• Look around: Objects hung on walls, heavy furniture, shelved items, electronics and cabinet doors can be fastened or held down with a variety of hooks and straps screwed into studs, Velcro or museum putty, and latches to keep items from becoming airborne, falling over or opening.
  • Look down: Secure appliances and protect water connections and gas lines. Consider installing an automatic gas shut-off valve outside.
  • Prepare a disaster survival kit:  Have enough food and water to last each person for three days. Don’t forget medications, pet needs, cash, important papers, keys.
  • Contact your insurance company or agent and consider buying earthquake insurance today.
  • Consider an expert:  Have an engineer examine your home’s structure to make sure your home is properly braced and secured to the foundation.

Special Note:   In recognition of this historic event, experts, policymakers and thought leaders from across the country will gather for the Northridge 20 Symposium January 16 – 17 in Los Angeles to discuss lessons learned and best practices, share new advances in technology and engineering, and consider innovative policies and programs to reduce earthquake risk.

Find out more at these websites:

FLASH DIY Mitigation Video – Earthquake

http://www.flash.org/peril_earthquake.php

www.flash.org/quakesmart 

www.earthquakecountry.org

Editor’s Note:  Terry Sheridan is an award-winning journalist who has more than 30 years of experience in reporting and editing for newspapers in the Chicago and Miami areas. She covered the aftermath of Hurricane Andrew’s devastation in 1992 in South Florida, and has experienced damage to her own homes from two hurricanes. She now lives in New Hampshire

6 Days, 6 Ways To Protect Your Home and Family This Winter

With extreme cold weather affecting families from coast to coast and tomorrow marking the first official day of winter, we have put together six ways you can protect your home and family from winter weather conditions.

Day 1:  Enter to win a Kohler Generator. A home generator will keep systems running to protect your home and family. Generators:

  • Provide heat to keep you warm and comfortable
  • Prevent  pipes from freezing and causing water damage
  • Keep communications systems running so you can stay informed of weather and travel conditions for friends and family
  • Ensure that water removal pumps or sump pumps are protecting the basement from water damage as snow begins to melt
  • Preserve food and fresh water for the family
  • Support well pumps for running water/toilet flushing

Day 2:  Prevent Frozen Pipes by Foam, Dome or Drip. For as little as $1 per 6’ of insulation, you can stop pipes from freezing and save energy, money and frustration. When water freezes in a pipe, it expands and can exert pressure of up to 2,000 pounds per square inch – enough to rupture almost any pipe filled with water. When a pipe bursts, it can spill several hundred gallons of water per hour, resulting in the second most common cause of home insurance claims in America.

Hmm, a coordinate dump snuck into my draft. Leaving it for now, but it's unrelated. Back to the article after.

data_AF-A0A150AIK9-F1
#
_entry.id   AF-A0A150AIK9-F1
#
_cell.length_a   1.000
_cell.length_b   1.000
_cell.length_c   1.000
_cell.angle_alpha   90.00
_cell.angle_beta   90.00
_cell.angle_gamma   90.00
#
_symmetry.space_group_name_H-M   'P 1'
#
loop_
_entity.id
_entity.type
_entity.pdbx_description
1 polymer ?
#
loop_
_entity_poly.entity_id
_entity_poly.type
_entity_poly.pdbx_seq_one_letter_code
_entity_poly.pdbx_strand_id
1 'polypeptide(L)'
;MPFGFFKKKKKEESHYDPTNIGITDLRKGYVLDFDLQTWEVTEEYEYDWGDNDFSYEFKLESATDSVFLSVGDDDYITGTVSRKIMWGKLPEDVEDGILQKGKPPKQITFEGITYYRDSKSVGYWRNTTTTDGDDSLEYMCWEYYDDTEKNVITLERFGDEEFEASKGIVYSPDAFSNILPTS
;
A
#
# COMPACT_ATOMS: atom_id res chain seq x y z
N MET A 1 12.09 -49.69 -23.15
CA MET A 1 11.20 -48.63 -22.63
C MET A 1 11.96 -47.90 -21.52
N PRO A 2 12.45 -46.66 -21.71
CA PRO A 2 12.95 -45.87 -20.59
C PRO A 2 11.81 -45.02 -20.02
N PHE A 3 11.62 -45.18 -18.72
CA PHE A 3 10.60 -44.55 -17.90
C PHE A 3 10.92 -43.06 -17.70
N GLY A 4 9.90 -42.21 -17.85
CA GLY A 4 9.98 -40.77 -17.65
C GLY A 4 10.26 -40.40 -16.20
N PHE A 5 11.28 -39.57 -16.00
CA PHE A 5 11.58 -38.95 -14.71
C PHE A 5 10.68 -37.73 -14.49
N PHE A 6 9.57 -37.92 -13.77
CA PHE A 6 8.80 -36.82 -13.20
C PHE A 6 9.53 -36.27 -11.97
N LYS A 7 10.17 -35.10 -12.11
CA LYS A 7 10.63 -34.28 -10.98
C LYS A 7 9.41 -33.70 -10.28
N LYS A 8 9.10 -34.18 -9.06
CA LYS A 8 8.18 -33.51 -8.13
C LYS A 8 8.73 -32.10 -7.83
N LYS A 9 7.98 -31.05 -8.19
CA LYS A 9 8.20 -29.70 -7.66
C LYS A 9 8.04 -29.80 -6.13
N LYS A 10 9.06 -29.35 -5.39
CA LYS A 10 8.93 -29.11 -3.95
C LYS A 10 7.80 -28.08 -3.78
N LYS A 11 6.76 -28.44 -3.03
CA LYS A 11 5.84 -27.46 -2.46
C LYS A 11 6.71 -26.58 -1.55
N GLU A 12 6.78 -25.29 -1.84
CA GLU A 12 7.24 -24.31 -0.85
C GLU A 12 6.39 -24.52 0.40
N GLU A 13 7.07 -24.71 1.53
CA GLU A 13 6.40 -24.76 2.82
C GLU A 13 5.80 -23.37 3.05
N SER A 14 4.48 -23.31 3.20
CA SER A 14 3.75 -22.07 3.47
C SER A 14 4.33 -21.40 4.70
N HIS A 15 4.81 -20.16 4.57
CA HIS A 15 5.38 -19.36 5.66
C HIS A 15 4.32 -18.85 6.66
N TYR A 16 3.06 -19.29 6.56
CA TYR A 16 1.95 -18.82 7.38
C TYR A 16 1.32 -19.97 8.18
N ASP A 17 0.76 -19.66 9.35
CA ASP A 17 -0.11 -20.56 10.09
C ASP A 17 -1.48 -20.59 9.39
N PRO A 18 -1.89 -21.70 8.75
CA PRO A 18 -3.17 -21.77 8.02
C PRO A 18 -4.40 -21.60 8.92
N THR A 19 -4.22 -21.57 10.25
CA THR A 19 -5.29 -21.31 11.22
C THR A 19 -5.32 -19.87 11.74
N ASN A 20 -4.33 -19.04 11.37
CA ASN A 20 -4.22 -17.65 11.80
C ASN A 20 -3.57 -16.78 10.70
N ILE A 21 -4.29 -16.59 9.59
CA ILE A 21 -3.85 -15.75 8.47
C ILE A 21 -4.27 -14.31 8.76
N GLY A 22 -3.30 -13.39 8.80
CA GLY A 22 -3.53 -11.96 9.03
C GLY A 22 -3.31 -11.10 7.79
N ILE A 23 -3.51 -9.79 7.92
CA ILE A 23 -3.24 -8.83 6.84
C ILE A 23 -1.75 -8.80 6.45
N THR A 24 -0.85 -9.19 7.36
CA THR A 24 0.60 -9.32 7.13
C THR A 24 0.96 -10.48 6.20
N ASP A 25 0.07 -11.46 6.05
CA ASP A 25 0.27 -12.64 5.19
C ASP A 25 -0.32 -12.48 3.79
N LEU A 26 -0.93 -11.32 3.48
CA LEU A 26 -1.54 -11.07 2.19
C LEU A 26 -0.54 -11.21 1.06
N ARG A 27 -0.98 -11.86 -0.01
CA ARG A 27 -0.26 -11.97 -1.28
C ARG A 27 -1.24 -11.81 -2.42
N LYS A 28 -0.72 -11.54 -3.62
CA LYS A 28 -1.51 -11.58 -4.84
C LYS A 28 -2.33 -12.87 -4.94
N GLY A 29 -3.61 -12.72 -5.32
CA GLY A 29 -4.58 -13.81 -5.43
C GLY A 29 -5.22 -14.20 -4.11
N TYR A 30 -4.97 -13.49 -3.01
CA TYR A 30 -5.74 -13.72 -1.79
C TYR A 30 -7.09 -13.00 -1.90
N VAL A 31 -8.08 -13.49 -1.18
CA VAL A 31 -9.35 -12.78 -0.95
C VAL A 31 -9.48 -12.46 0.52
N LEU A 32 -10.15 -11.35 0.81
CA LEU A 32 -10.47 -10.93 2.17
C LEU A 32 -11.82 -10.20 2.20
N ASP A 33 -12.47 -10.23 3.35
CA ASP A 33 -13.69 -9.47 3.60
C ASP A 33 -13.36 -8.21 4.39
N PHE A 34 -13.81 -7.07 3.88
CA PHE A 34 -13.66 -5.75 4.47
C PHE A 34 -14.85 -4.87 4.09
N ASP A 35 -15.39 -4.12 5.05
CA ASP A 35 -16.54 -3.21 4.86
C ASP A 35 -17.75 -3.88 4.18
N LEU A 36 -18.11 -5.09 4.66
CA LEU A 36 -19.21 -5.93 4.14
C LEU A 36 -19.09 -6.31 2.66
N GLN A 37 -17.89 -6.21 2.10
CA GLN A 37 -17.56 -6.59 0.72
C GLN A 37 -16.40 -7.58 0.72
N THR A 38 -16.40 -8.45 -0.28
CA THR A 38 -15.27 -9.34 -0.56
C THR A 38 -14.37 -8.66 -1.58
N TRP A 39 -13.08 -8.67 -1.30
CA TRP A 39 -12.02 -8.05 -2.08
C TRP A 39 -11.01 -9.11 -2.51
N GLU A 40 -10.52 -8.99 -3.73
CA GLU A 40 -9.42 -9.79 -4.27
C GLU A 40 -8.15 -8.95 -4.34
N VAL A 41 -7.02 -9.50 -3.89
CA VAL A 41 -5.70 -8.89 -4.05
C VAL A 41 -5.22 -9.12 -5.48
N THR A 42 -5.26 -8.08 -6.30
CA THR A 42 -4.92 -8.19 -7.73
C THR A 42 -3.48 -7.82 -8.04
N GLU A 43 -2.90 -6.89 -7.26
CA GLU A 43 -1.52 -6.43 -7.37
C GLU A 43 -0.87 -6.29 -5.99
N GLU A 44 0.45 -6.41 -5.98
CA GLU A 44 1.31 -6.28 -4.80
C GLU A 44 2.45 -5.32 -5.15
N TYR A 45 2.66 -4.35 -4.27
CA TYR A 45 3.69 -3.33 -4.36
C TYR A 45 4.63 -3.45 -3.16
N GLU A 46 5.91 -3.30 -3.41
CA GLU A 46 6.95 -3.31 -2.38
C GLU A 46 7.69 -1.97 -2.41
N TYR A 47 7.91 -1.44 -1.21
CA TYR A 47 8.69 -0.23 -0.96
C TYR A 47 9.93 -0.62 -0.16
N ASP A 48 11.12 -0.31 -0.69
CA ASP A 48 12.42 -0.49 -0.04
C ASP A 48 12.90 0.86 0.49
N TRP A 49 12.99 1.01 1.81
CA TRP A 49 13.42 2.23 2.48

Day 3: Check for air leaks around windows and doors using a lit incense stick. If the smoke is sucked out of an opening, seal the leak with caulk, spray foam or weather stripping. Don’t forget about holes in the attic, basement and crawlspaces. The easiest place to insulate that will generate the biggest results is your attic. The US Environmental Protection Agency suggests at least 12 to 15 inches of insulation on the floor of your attic.

Day 4: Check your portable heaters and fireplaces. Half of all fire-related deaths are caused by items placed too closely to heat sources. Make sure that your heater is tested and labeled by a nationally recognized testing company, such as Underwriter’s Laboratories. Keep portable heaters at least three feet away from drapes, furniture or other flammable materials. Place the heater on a level surface away from areas it can be bumped or knocked over. Clear the area around the hearth of debris, decorations and flammable materials. Provide proper venting systems for all heating equipment. Make sure all vent pipes extend at least three feet above the roof.

Day 5: Make your car winter safe. Create a car emergency kit with flashlights, a distress flag, blankets, extra food and water. Keep it there throughout the season.

Day 6: Prevent Ice Dams. Ice dams are formed when air in the attic is warm enough to cause snow and ice on the roof to thaw and refreeze repeatedly. Pools of water then become trapped under layers of ice that seep under your roof covering (tiles or shingles) into the attic. Keep the warm air downstairs where it belongs with sufficient insulation on the floor of the attic. Consider using a dehumidifier to control water vapor. Seal all openings that would allow vapor to rise into the attic; including holes created from installing light fixtures, ceiling fans or disco balls. Provide attic ventilation to replace warm air in the attic with cold outside air. Consult a professional for the best way to avoid ice dams and water damage in your home. Keep gutters and downspouts clear to allow melted snow and ice to flow away from your home.